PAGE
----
Environmental damage-whether it is water or air pollution, or waste and sanitation-has serious consequences for human health. Generally, most countries in Africa face high environmental threats to health (WRI and others, 1999), a situation which poses a profound challenge to the region.
Pollution of water and air, and their impact on human health, is of immediate concern. Water pollution and contamination impact on people in the region, resulting in the predominance of water-borne diseases. Air pollution-from industrial and car exhaust emissions, and the burning of traditional fuels in homes-kills a large number of people each year. People die from respiratory damage, heart and lung diseases, and cancer. Urban air pollution causes close to 1 million premature deaths worldwide every year, primarily due to respiratory diseases (World Bank 2000e) affecting mostly the poor. About 4 million people die annually due to overcrowding, and from indoor pollution caused by burning biomass fuels for cooking and heating (WRI 1998). As many as 25 million poor agricultural workers in the developing world (11 million in Africa alone) are poisoned by pesticides every year, and hundreds of thousands die.
In Africa, human vulnerability is exacerbated by poor health caused by unmitigated or heightened exposure to disease, malnourishment and undernourishment, and weak public health institutions and interventions. Linked to this is poverty and the coping capacities of the population at risk to effectively reduce their vulnerability to infectious diseases, poor or irregular nutrition, and the myriad of health conditions that are associated with poverty in urban and rural areas. The survival indices which are a reflection of the general health situation in Africa are summarized in Table 3.3.
|Table 3.3 Health progress and setbacks in African countries|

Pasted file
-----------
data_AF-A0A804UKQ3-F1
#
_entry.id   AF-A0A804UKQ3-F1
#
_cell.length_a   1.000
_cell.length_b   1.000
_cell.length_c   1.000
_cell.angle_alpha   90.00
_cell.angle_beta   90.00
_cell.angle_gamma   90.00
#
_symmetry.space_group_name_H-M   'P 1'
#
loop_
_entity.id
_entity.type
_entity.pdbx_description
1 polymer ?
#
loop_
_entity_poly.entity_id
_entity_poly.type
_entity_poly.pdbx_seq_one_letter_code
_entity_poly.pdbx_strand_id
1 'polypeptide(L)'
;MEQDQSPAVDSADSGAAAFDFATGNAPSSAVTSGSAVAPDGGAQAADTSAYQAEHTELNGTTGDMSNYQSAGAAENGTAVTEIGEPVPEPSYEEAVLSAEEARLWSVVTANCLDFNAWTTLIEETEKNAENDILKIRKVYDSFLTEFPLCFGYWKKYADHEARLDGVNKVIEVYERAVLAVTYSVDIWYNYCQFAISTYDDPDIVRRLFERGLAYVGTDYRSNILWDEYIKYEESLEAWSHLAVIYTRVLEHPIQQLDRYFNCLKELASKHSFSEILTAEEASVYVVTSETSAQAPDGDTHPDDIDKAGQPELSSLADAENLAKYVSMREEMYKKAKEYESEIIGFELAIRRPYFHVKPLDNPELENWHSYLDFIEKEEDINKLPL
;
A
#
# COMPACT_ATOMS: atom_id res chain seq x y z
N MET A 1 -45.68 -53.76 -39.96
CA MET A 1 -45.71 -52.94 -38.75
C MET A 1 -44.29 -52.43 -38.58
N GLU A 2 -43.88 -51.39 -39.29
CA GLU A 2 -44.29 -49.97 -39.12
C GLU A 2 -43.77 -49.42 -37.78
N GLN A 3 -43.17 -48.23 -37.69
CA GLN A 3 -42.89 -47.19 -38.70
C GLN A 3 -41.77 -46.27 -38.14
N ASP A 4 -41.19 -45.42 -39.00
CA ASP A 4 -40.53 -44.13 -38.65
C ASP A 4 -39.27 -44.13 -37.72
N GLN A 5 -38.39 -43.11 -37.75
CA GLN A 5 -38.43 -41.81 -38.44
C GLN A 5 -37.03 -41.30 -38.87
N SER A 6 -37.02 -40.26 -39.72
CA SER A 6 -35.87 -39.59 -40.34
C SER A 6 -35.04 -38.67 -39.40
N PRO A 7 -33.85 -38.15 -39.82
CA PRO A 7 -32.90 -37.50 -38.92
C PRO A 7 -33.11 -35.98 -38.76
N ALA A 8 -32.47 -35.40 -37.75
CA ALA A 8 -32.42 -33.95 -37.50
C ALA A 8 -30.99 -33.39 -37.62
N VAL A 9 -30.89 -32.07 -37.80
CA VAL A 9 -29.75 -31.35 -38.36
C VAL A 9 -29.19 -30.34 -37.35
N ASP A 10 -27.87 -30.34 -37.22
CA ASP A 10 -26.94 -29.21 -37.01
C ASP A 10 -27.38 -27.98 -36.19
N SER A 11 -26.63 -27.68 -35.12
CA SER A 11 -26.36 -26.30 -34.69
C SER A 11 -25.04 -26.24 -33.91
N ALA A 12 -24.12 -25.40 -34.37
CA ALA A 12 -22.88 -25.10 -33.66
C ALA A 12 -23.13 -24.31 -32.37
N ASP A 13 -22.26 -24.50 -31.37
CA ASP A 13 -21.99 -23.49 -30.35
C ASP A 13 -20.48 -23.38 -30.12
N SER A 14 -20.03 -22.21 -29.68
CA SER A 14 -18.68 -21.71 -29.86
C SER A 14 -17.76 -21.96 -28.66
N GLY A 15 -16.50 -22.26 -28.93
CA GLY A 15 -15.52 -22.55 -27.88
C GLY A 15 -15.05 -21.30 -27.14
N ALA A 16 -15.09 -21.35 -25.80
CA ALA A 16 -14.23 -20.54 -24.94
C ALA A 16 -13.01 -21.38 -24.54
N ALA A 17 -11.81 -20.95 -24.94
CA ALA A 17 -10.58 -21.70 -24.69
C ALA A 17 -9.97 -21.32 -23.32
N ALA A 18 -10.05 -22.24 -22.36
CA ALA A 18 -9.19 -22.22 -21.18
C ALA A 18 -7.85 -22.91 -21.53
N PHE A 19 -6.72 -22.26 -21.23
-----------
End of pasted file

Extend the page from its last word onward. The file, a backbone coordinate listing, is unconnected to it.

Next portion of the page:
|Source: JES-Preparation WSSD 2001|
Poor health, lack of or inadequate access to health services, low or skewed investment in health services (concentration in few urban centres) and dysfunctional health policies all contribute to lower life expectancy and high mortality rates in African countries, as indicated in the table. Health-related interventions may also contribute to vulnerability by, for example, contributing to the evolution of drug-resistant organisms, or by exposing food webs and people, through the process of bioaccumulation, to toxins such as DDT.
Infectious diseases such as HIV/AIDS, tuberculosis and malaria can thrive in poorly maintained communities, and the limited access to health-care services means mortality rates are high in many regions.
The HIV/AIDS epidemic has spread with devastating speed. It is among the leading causes of death in sub- Saharan Africa (World Bank 2001), where 2.4 million adults and children are estimated to have died due to HIV/AIDS in 2000 alone (UNAIDS/WHO 2000). The HIV/AIDS epidemic is not only the most significant public health problem affecting large parts of sub-Saharan Africa; it is also an unprecedented threat to the region's development (World Bank 2000c). More than 95 per cent of the 36 million people in the world living with HIV/AIDS are in developing countries, and 25.3 million of them are in sub-Saharan Africa (World Bank/UNAIDS 2001, UNAIDS/WHO 2000). In Africa, HIV/AIDS is largely a rural/urban poor issue, where a matrix of socioeconomic, cultural and gender-related vulnerabilities indicate that the links between AIDS, food insecurity and poverty are strong and deadly (FAO undated).
HIV/AIDS is a threat to sustainable agriculture and rural development through its systemic impact (FAO/UNAIDS 1999). At the household level, HIV/AIDS can result in labour shortages and declining productivity, reduced income, increased expenditure on medical treatments and an increase in the dependency ratio due to the rise in the number of dependents relying on a smaller number of productive family members. Smallholder agriculture is a vital sector for rural households and national economies in many African countries. HIV/AIDS is affecting agricultural production through the decimation of household labour, the disruption of traditional social mechanisms, and the forced disposal of productive assets to meet the costs of medical care and funerals. The disease also results in the loss of traditional farming methods, inter-generational knowledge, and specialized skills, practices and customs.